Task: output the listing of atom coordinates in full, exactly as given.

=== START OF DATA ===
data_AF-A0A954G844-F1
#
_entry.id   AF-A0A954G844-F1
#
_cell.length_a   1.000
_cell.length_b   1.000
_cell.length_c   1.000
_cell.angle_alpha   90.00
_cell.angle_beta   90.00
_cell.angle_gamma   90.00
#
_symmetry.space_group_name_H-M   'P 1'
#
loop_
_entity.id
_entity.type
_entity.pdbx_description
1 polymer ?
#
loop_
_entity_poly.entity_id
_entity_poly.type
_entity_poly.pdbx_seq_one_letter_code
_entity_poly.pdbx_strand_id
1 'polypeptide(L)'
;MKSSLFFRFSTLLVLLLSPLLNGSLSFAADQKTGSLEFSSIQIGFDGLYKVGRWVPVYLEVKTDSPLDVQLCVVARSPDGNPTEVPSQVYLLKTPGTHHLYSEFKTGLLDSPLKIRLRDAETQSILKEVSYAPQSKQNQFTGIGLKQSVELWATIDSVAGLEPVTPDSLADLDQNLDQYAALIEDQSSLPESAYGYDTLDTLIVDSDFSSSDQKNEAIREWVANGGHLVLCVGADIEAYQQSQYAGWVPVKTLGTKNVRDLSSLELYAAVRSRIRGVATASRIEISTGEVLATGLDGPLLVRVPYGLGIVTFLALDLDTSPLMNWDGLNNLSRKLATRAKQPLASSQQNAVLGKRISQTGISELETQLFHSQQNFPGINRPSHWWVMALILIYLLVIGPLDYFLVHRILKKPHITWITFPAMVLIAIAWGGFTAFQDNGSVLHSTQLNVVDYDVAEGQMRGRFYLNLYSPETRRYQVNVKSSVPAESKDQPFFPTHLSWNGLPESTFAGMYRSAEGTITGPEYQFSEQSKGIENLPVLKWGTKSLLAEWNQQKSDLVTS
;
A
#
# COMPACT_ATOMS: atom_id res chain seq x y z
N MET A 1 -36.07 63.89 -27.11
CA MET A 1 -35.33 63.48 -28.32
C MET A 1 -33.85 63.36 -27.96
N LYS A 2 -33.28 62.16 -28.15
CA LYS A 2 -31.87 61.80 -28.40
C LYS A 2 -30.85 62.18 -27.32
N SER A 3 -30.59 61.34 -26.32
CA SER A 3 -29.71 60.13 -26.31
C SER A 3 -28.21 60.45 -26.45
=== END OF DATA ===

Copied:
data_AF-A0A954G844-F1
#
_entry.id   AF-A0A954G844-F1
#
_cell.length_a   1.000
_cell.length_b   1.000
_cell.length_c   1.000
_cell.angle_alpha   90.00
_cell.angle_beta   90.00
_cell.angle_gamma   90.00
#
_symmetry.space_group_name_H-M   'P 1'
#
loop_
_entity.id
_entity.type
_entity.pdbx_description
1 polymer ?
#
loop_
_entity_poly.entity_id
_entity_poly.type
_entity_poly.pdbx_seq_one_letter_code
_entity_poly.pdbx_strand_id
1 'polypeptide(L)'
;MKSSLFFRFSTLLVLLLSPLLNGSLSFAADQKTGSLEFSSIQIGFDGLYKVGRWVPVYLEVKTDSPLDVQLCVVARSPDGNPTEVPSQVYLLKTPGTHHLYSEFKTGLLDSPLKIRLRDAETQSILKEVSYAPQSKQNQFTGIGLKQSVELWATIDSVAGLEPVTPDSLADLDQNLDQYAALIEDQSSLPESAYGYDTLDTLIVDSDFSSSDQKNEAIREWVANGGHLVLCVGADIEAYQQSQYAGWVPVKTLGTKNVRDLSSLELYAAVRSRIRGVATASRIEISTGEVLATGLDGPLLVRVPYGLGIVTFLALDLDTSPLMNWDGLNNLSRKLATRAKQPLASSQQNAVLGKRISQTGISELETQLFHSQQNFPGINRPSHWWVMALILIYLLVIGPLDYFLVHRILKKPHITWITFPAMVLIAIAWGGFTAFQDNGSVLHSTQLNVVDYDVAEGQMRGRFYLNLYSPETRRYQVNVKSSVPAESKDQPFFPTHLSWNGLPESTFAGMYRSAEGTITGPEYQFSEQSKGIENLPVLKWGTKSLLAEWNQQKSDLVTS
;
A
#
# COMPACT_ATOMS: atom_id res chain seq x y z
N MET A 1 -36.07 63.89 -27.11
CA MET A 1 -35.33 63.48 -28.32
C MET A 1 -33.85 63.36 -27.96
N LYS A 2 -33.28 62.16 -28.15
CA LYS A 2 -31.87 61.80 -28.40
C LYS A 2 -30.85 62.18 -27.32
N SER A 3 -30.59 61.34 -26.32
CA SER A 3 -29.71 60.13 -26.31
C SER A 3 -28.21 60.45 -26.45